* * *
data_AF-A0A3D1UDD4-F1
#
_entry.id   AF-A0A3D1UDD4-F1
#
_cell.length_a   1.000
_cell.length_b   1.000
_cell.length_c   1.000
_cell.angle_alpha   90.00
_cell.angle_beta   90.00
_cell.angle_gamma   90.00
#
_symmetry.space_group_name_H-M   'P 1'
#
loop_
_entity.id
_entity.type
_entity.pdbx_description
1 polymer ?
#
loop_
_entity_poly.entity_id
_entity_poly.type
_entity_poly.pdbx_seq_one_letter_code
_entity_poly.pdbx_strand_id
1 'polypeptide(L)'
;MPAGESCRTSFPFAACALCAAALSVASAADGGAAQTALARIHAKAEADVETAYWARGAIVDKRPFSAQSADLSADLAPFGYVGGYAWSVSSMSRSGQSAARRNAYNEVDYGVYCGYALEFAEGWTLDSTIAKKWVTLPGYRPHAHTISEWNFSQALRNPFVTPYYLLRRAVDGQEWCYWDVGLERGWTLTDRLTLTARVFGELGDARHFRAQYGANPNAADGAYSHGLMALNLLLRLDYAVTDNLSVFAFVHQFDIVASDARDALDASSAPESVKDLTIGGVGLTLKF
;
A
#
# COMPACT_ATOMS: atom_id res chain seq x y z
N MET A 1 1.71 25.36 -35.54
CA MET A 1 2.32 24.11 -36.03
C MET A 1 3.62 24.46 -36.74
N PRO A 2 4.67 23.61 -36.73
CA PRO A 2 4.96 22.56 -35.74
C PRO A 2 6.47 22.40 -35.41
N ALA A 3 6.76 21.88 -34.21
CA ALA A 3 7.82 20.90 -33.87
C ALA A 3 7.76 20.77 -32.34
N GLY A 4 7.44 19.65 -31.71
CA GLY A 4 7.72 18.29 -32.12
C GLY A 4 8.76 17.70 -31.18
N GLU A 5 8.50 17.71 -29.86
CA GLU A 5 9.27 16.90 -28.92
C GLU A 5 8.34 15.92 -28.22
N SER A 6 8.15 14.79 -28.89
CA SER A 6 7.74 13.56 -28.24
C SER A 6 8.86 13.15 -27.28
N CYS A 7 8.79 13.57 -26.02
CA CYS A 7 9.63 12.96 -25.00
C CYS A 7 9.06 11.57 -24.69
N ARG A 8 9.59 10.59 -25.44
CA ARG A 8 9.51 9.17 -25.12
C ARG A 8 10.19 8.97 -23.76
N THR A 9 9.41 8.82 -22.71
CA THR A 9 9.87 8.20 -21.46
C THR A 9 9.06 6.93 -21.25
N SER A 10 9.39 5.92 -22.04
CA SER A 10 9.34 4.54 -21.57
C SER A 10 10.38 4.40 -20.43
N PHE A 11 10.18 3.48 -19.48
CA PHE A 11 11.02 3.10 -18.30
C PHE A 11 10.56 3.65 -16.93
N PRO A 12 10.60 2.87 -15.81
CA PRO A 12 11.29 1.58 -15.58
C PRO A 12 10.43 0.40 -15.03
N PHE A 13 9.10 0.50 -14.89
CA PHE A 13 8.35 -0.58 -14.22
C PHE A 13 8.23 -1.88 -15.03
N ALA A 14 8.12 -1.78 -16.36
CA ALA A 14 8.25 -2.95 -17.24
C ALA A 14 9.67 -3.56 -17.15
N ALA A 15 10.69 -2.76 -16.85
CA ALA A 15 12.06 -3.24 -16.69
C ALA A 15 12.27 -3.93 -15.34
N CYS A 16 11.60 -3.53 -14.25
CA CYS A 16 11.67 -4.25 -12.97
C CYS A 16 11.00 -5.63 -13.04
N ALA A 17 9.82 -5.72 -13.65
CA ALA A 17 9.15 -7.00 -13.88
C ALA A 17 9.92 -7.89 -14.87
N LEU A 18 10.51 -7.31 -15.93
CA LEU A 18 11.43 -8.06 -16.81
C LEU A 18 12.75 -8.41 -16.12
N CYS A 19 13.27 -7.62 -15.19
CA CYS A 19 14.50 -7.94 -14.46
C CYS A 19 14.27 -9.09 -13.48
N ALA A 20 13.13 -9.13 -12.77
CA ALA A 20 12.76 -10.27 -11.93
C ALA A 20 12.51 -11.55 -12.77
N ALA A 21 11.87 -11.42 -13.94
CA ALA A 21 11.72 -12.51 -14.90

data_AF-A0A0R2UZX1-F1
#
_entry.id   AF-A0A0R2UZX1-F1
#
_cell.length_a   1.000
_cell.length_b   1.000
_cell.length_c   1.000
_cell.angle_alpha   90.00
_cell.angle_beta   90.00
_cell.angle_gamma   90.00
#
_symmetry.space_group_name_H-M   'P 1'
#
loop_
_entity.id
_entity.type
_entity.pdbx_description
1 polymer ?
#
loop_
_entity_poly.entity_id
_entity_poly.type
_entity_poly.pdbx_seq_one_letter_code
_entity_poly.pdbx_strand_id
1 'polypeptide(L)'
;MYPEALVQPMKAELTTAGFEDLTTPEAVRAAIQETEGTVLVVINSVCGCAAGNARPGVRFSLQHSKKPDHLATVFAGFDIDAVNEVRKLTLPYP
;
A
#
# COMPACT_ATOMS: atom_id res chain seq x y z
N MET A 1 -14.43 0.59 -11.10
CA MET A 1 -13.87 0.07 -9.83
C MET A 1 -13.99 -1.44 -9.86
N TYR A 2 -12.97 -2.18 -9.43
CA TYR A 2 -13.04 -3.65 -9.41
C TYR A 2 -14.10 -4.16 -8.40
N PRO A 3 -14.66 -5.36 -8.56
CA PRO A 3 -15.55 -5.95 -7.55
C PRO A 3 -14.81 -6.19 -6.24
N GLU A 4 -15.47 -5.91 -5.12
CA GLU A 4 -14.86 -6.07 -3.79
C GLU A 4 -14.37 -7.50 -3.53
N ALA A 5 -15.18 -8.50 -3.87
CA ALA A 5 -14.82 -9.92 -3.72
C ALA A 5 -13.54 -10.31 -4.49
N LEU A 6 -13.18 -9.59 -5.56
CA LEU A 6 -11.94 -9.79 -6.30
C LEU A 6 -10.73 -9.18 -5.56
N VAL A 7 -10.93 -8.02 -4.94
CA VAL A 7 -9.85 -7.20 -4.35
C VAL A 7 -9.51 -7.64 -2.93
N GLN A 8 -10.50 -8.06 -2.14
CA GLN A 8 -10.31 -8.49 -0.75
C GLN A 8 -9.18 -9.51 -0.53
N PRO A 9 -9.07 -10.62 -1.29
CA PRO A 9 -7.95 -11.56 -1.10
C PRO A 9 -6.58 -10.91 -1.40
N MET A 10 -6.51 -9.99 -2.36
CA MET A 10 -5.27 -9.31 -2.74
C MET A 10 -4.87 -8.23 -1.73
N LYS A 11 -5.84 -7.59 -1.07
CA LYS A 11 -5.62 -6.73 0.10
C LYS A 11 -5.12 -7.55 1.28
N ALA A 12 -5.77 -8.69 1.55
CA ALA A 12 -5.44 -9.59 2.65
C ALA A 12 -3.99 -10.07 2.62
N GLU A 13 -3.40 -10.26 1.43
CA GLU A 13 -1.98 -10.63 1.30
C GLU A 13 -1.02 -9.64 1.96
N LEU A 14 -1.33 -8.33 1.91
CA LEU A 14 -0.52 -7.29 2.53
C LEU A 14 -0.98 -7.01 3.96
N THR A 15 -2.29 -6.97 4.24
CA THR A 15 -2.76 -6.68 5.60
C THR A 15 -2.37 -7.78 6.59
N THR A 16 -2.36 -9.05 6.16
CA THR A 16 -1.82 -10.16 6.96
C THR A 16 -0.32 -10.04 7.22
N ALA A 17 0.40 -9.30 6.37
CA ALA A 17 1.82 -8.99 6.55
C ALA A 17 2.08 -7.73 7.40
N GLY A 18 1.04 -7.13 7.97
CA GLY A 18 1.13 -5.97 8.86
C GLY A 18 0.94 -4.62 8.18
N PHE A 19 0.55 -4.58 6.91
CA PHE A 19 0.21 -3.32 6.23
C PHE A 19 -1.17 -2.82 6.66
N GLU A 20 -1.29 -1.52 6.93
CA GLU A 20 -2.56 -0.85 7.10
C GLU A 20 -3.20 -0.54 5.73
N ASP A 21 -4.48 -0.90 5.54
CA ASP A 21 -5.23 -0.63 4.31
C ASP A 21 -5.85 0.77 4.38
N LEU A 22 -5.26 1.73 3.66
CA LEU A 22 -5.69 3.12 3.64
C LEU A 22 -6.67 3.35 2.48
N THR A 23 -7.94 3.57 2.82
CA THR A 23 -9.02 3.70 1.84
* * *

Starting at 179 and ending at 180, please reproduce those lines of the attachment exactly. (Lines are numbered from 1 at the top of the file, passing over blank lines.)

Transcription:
C PHE A 19 -1.17 -2.82 6.66
N GLU A 20 -1.29 -1.52 6.93